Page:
As a marketer, many of your campaigns may be built around one primary objective: getting people to fill out a form. Often, designing a compelling advertisement isn’t enough to encourage people into handing over their details. Many factors can deter someone from submitting a form, including the unwillingness to provide contact information.
Here are some content design strategies and tips that you can employ today to effectively nudge people toward conversion:
When driving people to a form, one of the biggest mistakes you can make is to distract them with detours. Landing pages should be built as simple as possible. Here’s how:
1. Drive people to a landing page—not your website.
You want people to do one thing, and one thing only: fill out that form. You must drive them with a simple and engaging email to a landing page that is specifically built for your campaign. Sending someone to your website offers a plethora of distractions, including images and text that don’t apply to your campaign’s appeal, multiple links to other information, and in some cases, flashing beacons of light that are begging folks to take some other action. If you want people to drive directly to your destination, don’t drop them off in the middle of Las Vegas where sparkling lights from competing assets beg for their attention. Likewise, steer clear of cluttering your emails with the same distractions.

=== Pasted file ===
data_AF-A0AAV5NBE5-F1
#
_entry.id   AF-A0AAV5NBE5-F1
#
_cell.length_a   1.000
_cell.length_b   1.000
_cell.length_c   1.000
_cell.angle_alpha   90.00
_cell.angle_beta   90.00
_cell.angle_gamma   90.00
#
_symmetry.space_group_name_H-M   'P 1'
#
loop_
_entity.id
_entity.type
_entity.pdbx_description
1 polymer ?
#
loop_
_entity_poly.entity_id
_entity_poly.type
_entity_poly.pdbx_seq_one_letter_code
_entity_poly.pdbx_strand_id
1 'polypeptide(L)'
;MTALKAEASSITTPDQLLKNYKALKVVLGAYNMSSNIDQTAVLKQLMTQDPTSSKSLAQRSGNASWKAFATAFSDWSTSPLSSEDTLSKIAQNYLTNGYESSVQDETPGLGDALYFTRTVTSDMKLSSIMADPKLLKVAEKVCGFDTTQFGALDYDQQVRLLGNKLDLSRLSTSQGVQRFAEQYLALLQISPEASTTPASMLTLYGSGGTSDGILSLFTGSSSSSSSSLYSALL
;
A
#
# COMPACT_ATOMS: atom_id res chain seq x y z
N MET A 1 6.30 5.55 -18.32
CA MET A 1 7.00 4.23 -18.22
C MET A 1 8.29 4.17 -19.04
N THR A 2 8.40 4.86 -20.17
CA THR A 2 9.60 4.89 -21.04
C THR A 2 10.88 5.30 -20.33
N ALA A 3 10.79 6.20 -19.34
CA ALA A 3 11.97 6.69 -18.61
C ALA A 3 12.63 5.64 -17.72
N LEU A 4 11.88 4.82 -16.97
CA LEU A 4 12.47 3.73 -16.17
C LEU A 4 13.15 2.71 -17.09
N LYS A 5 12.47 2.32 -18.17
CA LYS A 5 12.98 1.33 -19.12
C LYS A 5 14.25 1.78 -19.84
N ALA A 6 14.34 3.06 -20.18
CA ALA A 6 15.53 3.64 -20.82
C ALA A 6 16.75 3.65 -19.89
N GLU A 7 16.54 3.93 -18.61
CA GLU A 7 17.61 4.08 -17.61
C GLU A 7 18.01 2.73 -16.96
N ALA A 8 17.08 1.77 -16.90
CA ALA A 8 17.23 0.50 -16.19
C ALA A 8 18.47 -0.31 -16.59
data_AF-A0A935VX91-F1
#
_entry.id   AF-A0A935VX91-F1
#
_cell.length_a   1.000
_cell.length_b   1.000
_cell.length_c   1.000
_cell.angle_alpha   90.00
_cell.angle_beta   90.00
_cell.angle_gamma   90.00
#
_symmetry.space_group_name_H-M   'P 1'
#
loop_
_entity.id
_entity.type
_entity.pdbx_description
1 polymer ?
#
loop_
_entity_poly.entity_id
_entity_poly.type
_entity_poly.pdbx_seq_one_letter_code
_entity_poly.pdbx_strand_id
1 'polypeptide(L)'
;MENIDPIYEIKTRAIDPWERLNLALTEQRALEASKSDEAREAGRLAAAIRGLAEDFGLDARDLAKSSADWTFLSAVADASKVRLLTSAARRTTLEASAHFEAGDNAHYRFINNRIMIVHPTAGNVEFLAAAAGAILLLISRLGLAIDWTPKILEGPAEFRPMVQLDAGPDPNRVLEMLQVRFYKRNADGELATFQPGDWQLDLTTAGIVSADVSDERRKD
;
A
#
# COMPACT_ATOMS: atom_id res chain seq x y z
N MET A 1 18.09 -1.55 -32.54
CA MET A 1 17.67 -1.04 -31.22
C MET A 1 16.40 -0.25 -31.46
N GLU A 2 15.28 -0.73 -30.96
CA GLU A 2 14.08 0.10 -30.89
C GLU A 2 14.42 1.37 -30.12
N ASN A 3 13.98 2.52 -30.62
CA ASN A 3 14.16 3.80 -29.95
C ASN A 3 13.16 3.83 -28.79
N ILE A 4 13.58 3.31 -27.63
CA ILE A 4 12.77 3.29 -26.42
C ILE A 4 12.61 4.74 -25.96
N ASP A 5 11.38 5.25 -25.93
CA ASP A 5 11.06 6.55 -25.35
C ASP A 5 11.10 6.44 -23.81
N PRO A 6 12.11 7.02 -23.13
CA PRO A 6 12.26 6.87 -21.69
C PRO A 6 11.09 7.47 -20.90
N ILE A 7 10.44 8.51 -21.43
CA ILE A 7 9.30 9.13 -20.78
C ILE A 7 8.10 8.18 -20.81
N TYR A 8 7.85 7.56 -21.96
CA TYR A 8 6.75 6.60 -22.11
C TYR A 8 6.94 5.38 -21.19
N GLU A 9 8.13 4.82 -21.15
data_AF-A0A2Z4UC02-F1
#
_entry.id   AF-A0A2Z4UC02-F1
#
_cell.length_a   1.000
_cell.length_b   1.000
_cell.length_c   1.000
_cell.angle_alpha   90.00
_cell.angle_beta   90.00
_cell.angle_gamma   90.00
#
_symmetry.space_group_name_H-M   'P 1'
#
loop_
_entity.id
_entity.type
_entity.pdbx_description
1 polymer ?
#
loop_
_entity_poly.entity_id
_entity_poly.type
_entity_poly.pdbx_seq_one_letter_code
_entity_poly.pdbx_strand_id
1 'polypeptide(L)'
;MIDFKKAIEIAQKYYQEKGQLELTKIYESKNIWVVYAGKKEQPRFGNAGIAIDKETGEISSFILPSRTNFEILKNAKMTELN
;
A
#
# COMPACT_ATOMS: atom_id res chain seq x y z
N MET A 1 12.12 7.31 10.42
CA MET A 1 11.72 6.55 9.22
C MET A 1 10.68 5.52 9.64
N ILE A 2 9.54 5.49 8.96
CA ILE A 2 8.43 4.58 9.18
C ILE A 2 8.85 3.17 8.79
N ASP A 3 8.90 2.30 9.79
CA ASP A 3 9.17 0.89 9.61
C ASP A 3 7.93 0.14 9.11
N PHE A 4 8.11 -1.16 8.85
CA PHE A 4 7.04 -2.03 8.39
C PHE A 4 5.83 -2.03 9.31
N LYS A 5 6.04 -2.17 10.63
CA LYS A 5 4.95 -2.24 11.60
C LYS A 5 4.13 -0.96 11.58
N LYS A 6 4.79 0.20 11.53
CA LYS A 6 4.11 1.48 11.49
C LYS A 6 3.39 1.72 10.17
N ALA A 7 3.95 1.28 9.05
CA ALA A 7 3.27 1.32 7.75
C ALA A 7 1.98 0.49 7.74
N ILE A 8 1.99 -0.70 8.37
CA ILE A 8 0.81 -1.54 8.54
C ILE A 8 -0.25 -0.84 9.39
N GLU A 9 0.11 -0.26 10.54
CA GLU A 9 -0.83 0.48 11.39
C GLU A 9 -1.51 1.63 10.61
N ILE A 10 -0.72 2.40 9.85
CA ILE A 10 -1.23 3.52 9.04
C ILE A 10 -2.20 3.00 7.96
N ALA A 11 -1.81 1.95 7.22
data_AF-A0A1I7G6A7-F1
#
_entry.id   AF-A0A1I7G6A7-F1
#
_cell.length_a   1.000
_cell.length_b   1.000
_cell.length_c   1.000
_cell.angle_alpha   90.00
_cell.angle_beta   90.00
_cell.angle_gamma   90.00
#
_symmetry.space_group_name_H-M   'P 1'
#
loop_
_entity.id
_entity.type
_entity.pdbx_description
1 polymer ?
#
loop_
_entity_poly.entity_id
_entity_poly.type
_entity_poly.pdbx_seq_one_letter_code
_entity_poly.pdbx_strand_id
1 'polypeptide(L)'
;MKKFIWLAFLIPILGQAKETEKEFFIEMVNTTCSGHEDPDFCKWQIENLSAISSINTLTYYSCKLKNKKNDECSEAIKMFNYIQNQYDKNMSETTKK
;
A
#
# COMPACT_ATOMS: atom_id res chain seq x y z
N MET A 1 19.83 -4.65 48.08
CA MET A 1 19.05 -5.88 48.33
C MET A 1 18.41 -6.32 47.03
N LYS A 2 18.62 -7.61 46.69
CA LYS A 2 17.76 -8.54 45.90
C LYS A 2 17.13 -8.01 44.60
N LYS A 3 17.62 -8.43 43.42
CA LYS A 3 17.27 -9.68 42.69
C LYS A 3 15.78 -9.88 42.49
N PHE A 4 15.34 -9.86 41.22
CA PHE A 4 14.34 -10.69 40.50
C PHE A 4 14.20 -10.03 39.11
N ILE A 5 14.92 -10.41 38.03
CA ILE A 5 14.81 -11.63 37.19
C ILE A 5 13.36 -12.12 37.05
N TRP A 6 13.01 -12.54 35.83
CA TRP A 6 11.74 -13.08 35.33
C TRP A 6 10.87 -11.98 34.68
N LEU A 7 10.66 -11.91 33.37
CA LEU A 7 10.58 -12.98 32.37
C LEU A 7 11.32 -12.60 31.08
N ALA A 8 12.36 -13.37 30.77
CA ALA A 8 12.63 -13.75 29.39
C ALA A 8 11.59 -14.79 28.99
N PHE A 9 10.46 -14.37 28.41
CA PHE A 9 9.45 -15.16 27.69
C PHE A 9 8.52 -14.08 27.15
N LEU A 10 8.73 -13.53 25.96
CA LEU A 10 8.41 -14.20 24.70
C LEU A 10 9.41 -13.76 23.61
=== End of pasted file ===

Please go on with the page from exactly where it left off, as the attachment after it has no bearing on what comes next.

2. Remove ALL navigation from the landing page.
Don’t offer an exit ramp when you are trying to capture a person’s information on a form. Doing so can make your lead stray away from your primary call-to-action. Will they find their way back to your form? Maybe. Most of the time—no. At that point, you may have lost their impulse to decide. Instead, your landing page should be designed simply, and with only ONE action they can possibly take: fill out that form.
Emails, advertisements (online and offline), and social campaigns should have a similar look and feel. Using too many different images, layouts and copy between assets can create a disconnect for people, and can even make a person feel like the content is not reliable. Instead, try to use the following techniques in design:
All too often, I have seen emails and landing pages designed with too much text, and entirely too many images. Asking people to read an entire magazine before filling out your form will certainly contribute to losing their interest. Here are some tips on how to do more with less:
Create an impulse decision.
Don’t give up the farm!
Keep all the important stuff above the fold.
Use a short form.
In this exciting new digital age, social media has impacted customer behavior in a way that creates multiple challenges for marketers. Today’s savvy internet surfers are accustomed to getting all the information they need in a short social media status message or in a brief article online. We can learn from this behavior. These micro status messages entice people to follow links to landing pages. Your content marketing strategy should do the same.
Creating short, simple, and actionable marketing messages using the techniques I described here can have a positive impact on conversion rates. While this is not an exhaustive list of conversion strategies, these basics can significantly impact your results.
Do you have any conversion strategies that you use? Please share them here!